Carolyn Strauss is Head of Sales & Marketing at Lioncor.
What was your professional journey before moving into Construction?
I studied Geography & Sociology at Trinity College and spent my third year of university at King’s College London
After leaving college, I moved back to London and worked as both a relocation agent and estate agent. On my return to Dublin five years later, I got a job with what was then Hamilton Osborne King and spent nearly ten years with their New Homes team under the stewardship of Ronan O’Driscoll. I have great memories of lots of hard work, long hours, many challenges but equally mixed with some wonderful clients and plenty of fun. I took a break from the industry for a while after having children and subsequently joined the new homes team with Sherry FitzGerald, where I worked for another four years.
What prompted you to move to Lioncor?
Agency is a great job, every day is different, you’re out and about meeting people and I loved the fact that I wasn’t desk bound. However on the flip side the hours are long and weekend work is a very big part of the role and after almost 20 years I decided that I needed to hang up the New Homes keys and try something new.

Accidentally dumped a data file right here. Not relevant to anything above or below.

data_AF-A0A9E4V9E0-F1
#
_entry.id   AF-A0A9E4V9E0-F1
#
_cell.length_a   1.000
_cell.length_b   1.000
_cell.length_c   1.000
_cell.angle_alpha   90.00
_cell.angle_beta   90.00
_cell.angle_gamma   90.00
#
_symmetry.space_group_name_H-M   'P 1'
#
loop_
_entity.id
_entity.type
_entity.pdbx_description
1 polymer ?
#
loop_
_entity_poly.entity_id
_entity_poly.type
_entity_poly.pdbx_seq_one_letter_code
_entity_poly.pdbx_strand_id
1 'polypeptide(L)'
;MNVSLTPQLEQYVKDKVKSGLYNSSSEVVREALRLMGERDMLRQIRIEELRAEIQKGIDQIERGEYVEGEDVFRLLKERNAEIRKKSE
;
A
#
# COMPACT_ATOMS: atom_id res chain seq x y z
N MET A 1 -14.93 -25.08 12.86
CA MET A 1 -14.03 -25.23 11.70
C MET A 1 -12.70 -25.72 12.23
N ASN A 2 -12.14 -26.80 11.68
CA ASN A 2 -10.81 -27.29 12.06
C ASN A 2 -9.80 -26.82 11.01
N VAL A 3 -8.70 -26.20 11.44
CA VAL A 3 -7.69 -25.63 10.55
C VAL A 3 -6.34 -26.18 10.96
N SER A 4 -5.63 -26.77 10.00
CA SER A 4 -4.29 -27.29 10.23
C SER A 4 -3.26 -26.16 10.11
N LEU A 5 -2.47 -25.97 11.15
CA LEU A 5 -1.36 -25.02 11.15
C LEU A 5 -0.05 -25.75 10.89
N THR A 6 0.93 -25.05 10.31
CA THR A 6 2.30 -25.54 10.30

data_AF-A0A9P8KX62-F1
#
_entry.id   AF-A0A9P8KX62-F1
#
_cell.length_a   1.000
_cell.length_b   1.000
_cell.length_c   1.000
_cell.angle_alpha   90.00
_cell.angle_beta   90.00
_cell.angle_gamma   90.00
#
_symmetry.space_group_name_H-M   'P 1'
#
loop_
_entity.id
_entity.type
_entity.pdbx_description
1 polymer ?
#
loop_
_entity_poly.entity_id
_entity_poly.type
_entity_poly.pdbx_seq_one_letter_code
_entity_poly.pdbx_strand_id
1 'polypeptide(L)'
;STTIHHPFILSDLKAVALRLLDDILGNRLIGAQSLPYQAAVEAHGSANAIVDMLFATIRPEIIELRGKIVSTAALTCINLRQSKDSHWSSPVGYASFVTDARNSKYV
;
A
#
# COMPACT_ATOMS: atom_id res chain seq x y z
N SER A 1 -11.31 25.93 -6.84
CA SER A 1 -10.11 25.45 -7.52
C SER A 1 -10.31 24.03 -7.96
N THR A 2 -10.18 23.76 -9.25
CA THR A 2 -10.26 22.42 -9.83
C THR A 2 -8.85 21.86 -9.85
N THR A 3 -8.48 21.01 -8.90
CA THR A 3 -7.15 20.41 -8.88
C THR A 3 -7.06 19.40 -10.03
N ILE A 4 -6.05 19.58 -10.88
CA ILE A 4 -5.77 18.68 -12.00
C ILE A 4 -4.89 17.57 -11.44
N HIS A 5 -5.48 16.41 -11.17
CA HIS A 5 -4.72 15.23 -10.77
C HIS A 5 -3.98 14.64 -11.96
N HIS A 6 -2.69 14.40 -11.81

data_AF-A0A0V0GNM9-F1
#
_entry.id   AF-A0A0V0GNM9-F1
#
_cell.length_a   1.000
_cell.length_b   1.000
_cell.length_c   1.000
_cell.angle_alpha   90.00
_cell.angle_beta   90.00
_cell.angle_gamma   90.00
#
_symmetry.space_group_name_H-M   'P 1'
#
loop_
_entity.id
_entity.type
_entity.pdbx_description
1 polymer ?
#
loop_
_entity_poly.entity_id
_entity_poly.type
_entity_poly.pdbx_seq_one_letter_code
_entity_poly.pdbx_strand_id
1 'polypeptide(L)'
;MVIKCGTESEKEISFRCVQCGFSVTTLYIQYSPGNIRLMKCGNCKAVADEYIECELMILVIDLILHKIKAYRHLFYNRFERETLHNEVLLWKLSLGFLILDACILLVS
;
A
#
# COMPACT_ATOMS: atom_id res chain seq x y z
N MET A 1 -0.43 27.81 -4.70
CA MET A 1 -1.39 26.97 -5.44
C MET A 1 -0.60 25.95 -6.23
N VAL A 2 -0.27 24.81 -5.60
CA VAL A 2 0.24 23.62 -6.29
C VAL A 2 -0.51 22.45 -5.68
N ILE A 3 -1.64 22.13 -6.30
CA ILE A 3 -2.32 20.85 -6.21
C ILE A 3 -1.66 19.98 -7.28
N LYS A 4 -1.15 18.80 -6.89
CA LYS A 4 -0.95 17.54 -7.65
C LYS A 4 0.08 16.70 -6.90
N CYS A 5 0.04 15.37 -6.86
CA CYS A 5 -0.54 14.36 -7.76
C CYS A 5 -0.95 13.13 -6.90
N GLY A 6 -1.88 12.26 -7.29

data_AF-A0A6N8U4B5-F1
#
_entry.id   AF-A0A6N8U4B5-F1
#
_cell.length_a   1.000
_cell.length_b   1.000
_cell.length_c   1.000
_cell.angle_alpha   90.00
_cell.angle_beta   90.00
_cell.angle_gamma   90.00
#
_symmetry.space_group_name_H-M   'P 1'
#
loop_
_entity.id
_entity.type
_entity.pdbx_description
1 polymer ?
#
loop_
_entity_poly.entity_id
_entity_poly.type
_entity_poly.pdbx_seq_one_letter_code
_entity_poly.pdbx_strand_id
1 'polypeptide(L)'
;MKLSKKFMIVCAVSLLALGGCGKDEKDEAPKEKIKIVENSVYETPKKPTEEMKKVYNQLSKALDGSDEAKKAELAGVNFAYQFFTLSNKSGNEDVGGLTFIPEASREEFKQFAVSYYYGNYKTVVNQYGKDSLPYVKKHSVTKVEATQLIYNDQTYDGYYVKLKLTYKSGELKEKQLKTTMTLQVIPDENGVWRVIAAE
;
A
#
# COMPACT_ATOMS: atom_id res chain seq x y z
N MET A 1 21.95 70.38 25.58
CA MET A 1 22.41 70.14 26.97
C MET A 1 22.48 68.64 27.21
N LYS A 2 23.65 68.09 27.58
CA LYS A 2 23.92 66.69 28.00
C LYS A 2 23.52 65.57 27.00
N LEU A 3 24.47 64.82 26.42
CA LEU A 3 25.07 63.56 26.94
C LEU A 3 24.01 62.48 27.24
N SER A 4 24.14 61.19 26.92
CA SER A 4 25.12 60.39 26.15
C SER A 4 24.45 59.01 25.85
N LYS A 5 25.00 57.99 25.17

The opportunity arose to move to the developer side of the business and it has given me a whole new set of challenges, it’s an exciting role and like agency no two days are the same. I work with a great team of people and most importantly I like coming to work. I believe it’s vital to keep challenging yourself, it keeps you fresh, engaged and moreover gives you job satisfaction.
Would you recommend a move to construction to other women? If so, is there any advice you could share in relation to making the move?
I would absolutely recommend construction for women, there are so many different opportunities and roles involved in the industry. You don’t always need to come through the standard channels of a specific third level degree, there are lots of different avenues you can take. Some journeys will take longer than others but on those more protracted routes you can often find roles you didn’t even know existed and they just might be the right fit. One piece of advice I’d give to others considering a change is never be afraid to ask questions or say you don’t understand something, when you move from one part of an industry to another, the vernacular changes and its important not to feel intimidated by it.